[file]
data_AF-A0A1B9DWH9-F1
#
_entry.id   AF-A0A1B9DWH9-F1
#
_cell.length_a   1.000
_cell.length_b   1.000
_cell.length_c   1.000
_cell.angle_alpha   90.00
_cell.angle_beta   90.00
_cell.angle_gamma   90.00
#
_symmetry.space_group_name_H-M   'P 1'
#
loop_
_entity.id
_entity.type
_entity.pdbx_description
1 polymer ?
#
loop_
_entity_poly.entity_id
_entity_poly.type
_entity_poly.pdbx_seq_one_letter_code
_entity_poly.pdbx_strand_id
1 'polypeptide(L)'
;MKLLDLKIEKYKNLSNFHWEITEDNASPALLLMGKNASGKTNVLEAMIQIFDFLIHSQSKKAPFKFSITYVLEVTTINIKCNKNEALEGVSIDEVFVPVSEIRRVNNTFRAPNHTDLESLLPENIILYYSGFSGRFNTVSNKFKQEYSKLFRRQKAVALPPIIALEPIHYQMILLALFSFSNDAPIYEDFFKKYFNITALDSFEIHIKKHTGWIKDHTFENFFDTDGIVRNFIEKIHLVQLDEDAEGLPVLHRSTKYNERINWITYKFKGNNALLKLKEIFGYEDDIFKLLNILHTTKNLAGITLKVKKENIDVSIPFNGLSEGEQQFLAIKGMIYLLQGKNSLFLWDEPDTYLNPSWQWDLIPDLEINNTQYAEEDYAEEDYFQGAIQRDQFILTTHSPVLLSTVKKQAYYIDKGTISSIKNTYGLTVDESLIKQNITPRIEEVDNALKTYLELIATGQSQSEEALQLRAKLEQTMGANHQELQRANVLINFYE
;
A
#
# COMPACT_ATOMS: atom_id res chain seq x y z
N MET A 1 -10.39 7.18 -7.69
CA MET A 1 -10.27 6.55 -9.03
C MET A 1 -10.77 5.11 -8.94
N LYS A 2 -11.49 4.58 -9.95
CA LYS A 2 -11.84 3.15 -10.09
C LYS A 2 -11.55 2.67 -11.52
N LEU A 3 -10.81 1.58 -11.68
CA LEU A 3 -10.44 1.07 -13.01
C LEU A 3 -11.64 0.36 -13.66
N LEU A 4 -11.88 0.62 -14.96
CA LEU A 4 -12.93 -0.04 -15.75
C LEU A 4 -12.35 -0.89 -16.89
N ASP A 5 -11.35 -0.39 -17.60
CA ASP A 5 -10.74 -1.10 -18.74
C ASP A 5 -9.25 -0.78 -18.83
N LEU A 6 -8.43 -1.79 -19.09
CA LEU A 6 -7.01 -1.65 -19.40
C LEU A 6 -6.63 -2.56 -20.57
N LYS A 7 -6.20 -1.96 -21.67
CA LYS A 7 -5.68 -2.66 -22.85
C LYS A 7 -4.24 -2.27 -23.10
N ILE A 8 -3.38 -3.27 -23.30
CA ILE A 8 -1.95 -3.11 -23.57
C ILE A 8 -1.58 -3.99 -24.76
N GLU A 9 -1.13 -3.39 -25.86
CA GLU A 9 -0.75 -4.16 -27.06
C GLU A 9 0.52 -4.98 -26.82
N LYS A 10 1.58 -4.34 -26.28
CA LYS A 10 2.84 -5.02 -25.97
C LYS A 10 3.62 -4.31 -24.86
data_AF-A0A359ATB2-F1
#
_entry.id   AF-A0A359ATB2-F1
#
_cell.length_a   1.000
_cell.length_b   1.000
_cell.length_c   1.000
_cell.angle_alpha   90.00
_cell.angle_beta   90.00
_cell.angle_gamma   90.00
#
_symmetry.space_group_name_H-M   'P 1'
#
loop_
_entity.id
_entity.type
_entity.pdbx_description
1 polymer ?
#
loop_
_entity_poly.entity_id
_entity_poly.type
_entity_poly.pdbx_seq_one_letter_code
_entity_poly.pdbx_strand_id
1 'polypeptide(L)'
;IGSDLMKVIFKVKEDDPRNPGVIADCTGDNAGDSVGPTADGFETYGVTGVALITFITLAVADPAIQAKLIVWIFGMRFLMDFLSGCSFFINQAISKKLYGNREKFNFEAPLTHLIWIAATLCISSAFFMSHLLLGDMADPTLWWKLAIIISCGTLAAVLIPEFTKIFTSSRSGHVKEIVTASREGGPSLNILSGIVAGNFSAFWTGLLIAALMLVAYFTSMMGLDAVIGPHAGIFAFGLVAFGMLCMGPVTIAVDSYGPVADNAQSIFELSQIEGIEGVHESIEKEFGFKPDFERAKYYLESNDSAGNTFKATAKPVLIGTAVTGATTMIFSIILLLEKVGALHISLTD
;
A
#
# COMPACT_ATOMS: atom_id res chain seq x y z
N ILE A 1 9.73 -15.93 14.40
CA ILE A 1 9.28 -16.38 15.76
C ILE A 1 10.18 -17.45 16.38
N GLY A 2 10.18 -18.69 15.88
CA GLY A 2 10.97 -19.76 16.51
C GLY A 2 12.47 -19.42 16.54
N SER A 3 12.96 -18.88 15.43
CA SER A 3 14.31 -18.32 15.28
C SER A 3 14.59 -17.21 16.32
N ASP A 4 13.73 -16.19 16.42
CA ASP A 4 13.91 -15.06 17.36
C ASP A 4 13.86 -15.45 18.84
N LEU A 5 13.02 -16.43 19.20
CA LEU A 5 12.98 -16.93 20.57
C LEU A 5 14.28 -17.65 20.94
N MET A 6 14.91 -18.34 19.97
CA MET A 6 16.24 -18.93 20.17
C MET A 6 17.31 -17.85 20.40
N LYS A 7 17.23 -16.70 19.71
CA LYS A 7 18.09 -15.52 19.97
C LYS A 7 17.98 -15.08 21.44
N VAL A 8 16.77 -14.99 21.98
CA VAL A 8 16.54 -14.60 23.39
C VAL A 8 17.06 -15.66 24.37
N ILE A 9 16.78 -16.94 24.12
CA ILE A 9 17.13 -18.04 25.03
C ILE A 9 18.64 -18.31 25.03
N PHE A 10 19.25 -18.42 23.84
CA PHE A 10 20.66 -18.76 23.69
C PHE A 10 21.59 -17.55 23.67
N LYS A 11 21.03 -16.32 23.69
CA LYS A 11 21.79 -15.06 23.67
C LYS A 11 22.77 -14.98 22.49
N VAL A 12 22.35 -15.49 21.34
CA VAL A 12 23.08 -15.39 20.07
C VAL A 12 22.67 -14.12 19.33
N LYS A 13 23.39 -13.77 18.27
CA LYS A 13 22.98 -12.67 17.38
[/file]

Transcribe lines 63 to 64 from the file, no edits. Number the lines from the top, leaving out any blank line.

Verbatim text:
_entry.id   AF-A0A359ATB2-F1
#